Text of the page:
NZ Formulary

Probenecid

pro-ben-eh-sid

What does it do?

Probenecid is used to prevent gout, and sometimes for other conditions.

How should you take it?

Take probenecid regularly as directed. Take with food and a glass of water.

What if you forget a dose?

If it is nearly time for your next dose, skip the missed dose and take your next dose at the usual time. Otherwise, take the missed dose as soon as you remember. Do not take two doses at the same time.

Can you take other medicines?

Some medicines available without a prescription may react with probenecid including:

  • anti-inflammatories, such as diclofenac (e.g. Voltaren®), ibuprofen (e.g. Nurofen®), or aspirin (e.g. Disprin®, in doses used for pain relief). These can also be found in some cold and flu medicines (e.g. Nurofen Cold and Flu®).
  • low-dose aspirin (e.g. Cartia®)

Tell your pharmacist or doctor about all medicines or treatments that you may be taking, including vitamins, herbal products or recreational drugs.

What side effects might you notice?

Side EffectsRecommended action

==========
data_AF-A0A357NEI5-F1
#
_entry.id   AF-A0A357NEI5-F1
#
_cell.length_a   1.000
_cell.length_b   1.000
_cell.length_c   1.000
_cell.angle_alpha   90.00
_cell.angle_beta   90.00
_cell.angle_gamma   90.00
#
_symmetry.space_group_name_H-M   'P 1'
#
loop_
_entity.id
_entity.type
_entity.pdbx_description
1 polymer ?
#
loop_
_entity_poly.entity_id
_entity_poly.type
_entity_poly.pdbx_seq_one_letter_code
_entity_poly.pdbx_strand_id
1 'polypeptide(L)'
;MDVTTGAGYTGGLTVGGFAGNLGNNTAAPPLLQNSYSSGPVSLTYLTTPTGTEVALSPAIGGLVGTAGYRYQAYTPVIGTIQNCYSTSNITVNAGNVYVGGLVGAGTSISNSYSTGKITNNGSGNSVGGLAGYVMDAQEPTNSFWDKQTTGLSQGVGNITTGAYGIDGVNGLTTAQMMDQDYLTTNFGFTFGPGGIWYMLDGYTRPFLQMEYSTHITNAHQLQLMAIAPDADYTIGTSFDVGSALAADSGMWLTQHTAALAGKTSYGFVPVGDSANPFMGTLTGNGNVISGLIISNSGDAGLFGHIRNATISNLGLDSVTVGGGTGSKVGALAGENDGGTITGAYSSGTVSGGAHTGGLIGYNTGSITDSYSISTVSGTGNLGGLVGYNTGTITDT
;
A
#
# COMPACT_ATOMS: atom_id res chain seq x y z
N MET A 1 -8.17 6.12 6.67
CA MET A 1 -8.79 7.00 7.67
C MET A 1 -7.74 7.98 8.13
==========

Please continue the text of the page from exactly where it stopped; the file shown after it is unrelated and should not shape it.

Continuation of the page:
Symptoms of allergy including: skin rash, itching, swelling, trouble breathing

Trouble peeing, pain when peeing

Tell your doctor immediately

Headache, dizziness

Gout attack

Flushing, loss of appetite

Hair loss or thinning

Tell your doctor if troublesome

Stomach upset

Take with food

If you notice any other effects, discuss them with your doctor or pharmacist.

Other information:

  • Tell your doctor if you have kidney, liver or stomach problems.
  • Tell your doctor if you are pregnant, planning to become pregnant, or breastfeeding.
  • Probenecid can cause kidney stones if you do not drink enough fluid. Discuss with your healthcare professional.
  • Probenecid can cause a gout attack when you start taking it, so your doctor may prescribe another medicine to prevent this happening. Keep taking probenecid during a gout attack. Stopping the tablets suddenly is likely to make your gout worse.